Talk 1: Heritability of the sleep EEG in adolescence
(Andjela Markovic, University of Bern)
Studying brain activity during sleep in adolescence reveals unique information about the developing brain. Our work shows that the adolescent sleep EEG is a rich metric capturing genetic as well as environmental factors with broad clinical applications.
Andjela Markovic is a PhD student at the Graduate School for Health Sciences at the University of Bern. Her PhD project at the University Hospital for Child and Adolescent Psychiatry and Psychotherapy in Bern is aiming to answer questions from the field of sleep research regarding the association between sleep, development and psychiatric disorders. Andjela received her BSc in Computer Science from the ETH Zurich in 2013, her MSc in Biomedical Engineering from the ETH Zurich in 2015 and her Piano Teaching Diploma from the Swiss Academy of Music and Music Pedagogy in 2013.
Talk 2: Developmental associations between sleep and gut microbiome on infants
(Sarah Schoch, University of Zurich)
Infancy is characterized by high variability in sleep behavior. The underlying reasons are not yet well understood. We are exploring whether the gut microbiome could explain some of the variability.
Sarah Schoch completed her Bachelor and Master in psychology at the University of Zurich. In her master thesis she investigated the role of dreams in memory consolidation during sleep with Prof. Dr. Björn Rasch. For her PhD she joined the newly established Baby Sleep Laboratory of Dr. Kurth at the clinical research priority program of the University of Zürich. She is interested in how sleep develops in infancy and factors associated with this development.
University of Bern
University of Zurich
Talk 1: ER-Mitochondria Axis in Amyotrophic Lateral Sclerosis
(Federica Pilotto, University of Bern)
Amyotrophic lateral sclerosis (ALS), is the most common motor neuron disease in adults with a prevalence of 6-7 per 100 000 people in Europe. Several cellular processes have been connected to ALS pathogenesis such as altered RNA processing, proteins aggregation, mitochondrial dysfunction and axonal transport defects, nevertheless it has been challenging to delineate causal from consequential pathogenic alterations. We focused our attention at the mitochondrial-associated endoplasmic reticulum (ER) membranes (MAMs) in preclinical models of ALS. A critical question that we have examined is whether homeostatic changes in the ER affects other cellular organelles, thereby directly contributing to the disease stage dependent pathological changes.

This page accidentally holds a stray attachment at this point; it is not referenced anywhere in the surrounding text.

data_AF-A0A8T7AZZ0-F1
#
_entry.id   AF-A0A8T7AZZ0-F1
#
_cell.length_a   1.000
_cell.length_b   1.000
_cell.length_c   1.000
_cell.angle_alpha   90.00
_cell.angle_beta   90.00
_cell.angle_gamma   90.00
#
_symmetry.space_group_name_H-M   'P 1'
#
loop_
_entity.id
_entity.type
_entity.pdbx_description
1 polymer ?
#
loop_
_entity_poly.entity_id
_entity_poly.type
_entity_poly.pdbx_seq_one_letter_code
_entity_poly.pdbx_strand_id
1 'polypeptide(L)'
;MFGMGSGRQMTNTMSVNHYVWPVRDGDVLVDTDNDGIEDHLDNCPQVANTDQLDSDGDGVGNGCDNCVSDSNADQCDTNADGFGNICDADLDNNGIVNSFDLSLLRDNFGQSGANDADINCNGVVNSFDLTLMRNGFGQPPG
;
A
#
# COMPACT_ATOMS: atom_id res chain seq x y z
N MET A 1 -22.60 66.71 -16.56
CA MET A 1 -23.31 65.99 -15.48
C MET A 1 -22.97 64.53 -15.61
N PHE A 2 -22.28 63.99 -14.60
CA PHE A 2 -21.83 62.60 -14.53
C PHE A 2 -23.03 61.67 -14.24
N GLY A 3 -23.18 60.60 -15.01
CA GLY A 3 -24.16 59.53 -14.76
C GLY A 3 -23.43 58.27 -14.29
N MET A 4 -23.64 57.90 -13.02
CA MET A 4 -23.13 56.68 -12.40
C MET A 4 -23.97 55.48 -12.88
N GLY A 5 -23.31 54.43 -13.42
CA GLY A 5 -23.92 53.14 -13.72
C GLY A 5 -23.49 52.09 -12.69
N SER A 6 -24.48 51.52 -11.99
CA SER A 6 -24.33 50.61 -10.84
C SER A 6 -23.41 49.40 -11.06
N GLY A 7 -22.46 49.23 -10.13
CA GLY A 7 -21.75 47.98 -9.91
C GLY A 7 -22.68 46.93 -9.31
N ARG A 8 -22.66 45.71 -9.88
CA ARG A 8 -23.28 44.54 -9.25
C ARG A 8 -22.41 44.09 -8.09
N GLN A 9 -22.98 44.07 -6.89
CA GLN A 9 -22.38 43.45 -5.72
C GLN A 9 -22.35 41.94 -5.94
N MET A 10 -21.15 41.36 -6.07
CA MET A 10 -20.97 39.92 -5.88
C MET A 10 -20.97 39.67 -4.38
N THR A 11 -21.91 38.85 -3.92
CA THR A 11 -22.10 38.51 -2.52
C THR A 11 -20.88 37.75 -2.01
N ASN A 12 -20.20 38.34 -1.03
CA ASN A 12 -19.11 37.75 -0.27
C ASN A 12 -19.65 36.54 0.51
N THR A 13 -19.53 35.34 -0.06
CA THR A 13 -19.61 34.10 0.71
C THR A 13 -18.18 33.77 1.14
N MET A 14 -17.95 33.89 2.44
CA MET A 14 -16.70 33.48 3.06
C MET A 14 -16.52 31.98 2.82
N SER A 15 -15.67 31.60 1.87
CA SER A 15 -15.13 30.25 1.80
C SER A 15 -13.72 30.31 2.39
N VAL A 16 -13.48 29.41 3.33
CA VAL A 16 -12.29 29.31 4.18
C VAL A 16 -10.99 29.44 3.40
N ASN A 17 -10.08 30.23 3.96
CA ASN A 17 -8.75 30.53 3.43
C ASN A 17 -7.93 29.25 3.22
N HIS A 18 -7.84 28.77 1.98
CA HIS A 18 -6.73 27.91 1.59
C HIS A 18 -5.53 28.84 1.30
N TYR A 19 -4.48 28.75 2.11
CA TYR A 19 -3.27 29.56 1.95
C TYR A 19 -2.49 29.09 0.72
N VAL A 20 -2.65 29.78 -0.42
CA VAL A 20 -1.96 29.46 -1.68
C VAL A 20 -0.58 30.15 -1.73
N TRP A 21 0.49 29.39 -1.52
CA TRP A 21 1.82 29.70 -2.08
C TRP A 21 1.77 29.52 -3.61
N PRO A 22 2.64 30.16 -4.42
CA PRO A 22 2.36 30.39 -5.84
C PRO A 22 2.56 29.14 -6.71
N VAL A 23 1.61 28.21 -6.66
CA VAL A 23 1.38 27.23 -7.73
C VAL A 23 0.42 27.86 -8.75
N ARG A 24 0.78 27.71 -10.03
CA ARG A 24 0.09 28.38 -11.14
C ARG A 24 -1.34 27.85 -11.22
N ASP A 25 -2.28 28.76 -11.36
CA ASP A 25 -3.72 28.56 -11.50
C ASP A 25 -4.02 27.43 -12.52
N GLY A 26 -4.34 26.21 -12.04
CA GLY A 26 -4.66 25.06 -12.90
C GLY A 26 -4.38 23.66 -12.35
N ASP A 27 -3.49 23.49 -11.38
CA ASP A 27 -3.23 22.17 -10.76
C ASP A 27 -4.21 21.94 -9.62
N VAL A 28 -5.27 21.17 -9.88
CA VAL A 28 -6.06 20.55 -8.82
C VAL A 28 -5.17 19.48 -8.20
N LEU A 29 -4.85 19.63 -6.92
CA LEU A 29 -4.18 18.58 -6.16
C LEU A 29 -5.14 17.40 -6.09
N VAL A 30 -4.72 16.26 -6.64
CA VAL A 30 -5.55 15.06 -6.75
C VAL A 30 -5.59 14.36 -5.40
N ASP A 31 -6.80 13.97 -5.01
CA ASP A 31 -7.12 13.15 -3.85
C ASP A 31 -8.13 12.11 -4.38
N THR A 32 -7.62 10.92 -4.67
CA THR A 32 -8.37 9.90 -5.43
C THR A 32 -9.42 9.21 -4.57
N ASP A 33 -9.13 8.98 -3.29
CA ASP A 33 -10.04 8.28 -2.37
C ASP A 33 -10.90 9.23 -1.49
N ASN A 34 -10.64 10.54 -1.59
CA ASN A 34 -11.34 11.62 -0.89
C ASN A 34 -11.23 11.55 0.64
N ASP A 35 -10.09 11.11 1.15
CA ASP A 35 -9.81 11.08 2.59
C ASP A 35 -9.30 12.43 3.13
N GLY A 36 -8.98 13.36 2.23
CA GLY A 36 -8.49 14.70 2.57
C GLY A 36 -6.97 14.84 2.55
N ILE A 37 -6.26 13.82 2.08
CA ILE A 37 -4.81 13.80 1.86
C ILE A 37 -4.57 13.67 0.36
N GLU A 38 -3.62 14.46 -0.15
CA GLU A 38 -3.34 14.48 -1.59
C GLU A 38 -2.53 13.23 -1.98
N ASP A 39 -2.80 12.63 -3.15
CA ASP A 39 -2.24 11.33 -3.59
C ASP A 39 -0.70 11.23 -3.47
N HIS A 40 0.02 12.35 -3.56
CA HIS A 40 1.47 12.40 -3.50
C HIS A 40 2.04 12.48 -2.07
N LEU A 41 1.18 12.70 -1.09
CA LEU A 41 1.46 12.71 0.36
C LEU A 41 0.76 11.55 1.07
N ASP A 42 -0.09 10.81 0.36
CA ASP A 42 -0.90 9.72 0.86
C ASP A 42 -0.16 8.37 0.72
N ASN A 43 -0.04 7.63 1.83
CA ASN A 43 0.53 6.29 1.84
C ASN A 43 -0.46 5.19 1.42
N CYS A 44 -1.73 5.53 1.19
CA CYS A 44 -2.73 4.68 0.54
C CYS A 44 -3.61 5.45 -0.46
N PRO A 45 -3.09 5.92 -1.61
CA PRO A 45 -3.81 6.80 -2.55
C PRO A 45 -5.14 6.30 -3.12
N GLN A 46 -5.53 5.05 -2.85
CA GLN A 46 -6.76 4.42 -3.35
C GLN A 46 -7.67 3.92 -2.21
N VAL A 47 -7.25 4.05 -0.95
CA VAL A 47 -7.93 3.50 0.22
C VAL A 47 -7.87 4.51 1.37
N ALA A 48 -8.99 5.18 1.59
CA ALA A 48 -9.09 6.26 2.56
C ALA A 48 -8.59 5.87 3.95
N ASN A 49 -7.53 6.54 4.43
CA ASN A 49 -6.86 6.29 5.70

Talk 2: Differential cytotoxicity and seeding-properties of patient-derived TDP-43 aggregates
(Pierre Derossi, University of Zurich)
TDP-43 is an RNA binding protein found aggregated in 50% of the FTLD and 97% of ALS patients. Despite extensive research, little is known about the origin of these aggregates and how they contribute to neurodegeneration. The Polymenidou lab recently developed different techniques to isolate and characterize these aggregates. We uncovered subtype-specific biochemical characteristics, suggesting that the different TDP-43 pathologies are associated with different types of TDP-43 aggregates. We are currently investigating the seeding properties of these aggregates. Using confocal and super resolution microscopy, we are testing the hypothesis that different patient pathologies represent distinct TDP-43 strains with differential aggregate structures, toxicity and seeding profiles.
Talk 1: The borderland between wakefulness and sleep
(Dr. David Schreier, Inselspital Bern)
The talk will explain how the BERN criteria for the visual scoring of the wake-sleep transition zone evolved and which challenges the criteria face(d). Furthermore, the role of microsleep episodes as a biomarker for the quantification of sleepiness will be debated.
David Schreier is currently working as a neurology trainee at the Department of Neurology, Inselspital. The focus of his PhD, which he completed in 2019, was the vigilance assessment and the judgment of fitness to drive in patients suffering from excessive daytime sleepiness. Together with his colleagues, he developed the Bern continuous and high-resolution wake-sleep (BERN) criteria for the visual scoring of the wake-sleep transition zone.
Talk 2: Microsleeps under standard versus soporific conditions following sleep deprivation
(Sophia Snipes, Children's Hospital Zurich)
This talk will be about the relationship between microsleeps and sleep pressure. Specifically, evaluating the extent to which microsleeps reflect changes in sleep pressure due to time awake relative to external experimental conditions (i.e. a soporific environment). Can microsleeps be used as a reliable measure of sleep pressure during wake, or do they better reflect other processes involved in sleep regulation?
I am a PhD student in the lab of Prof. Reto Huber at the Children's Hospital of Zurich. I obtained my bachelor’s degree in Cognitive Psychology from the University of Trento, Italy, and my master's degree in Cognitive Neuroscience from the University of Maastricht, Netherlands. I am currently enrolled in the Department of Health Science and Technology at ETH, and my specialization is in local sleep during wake.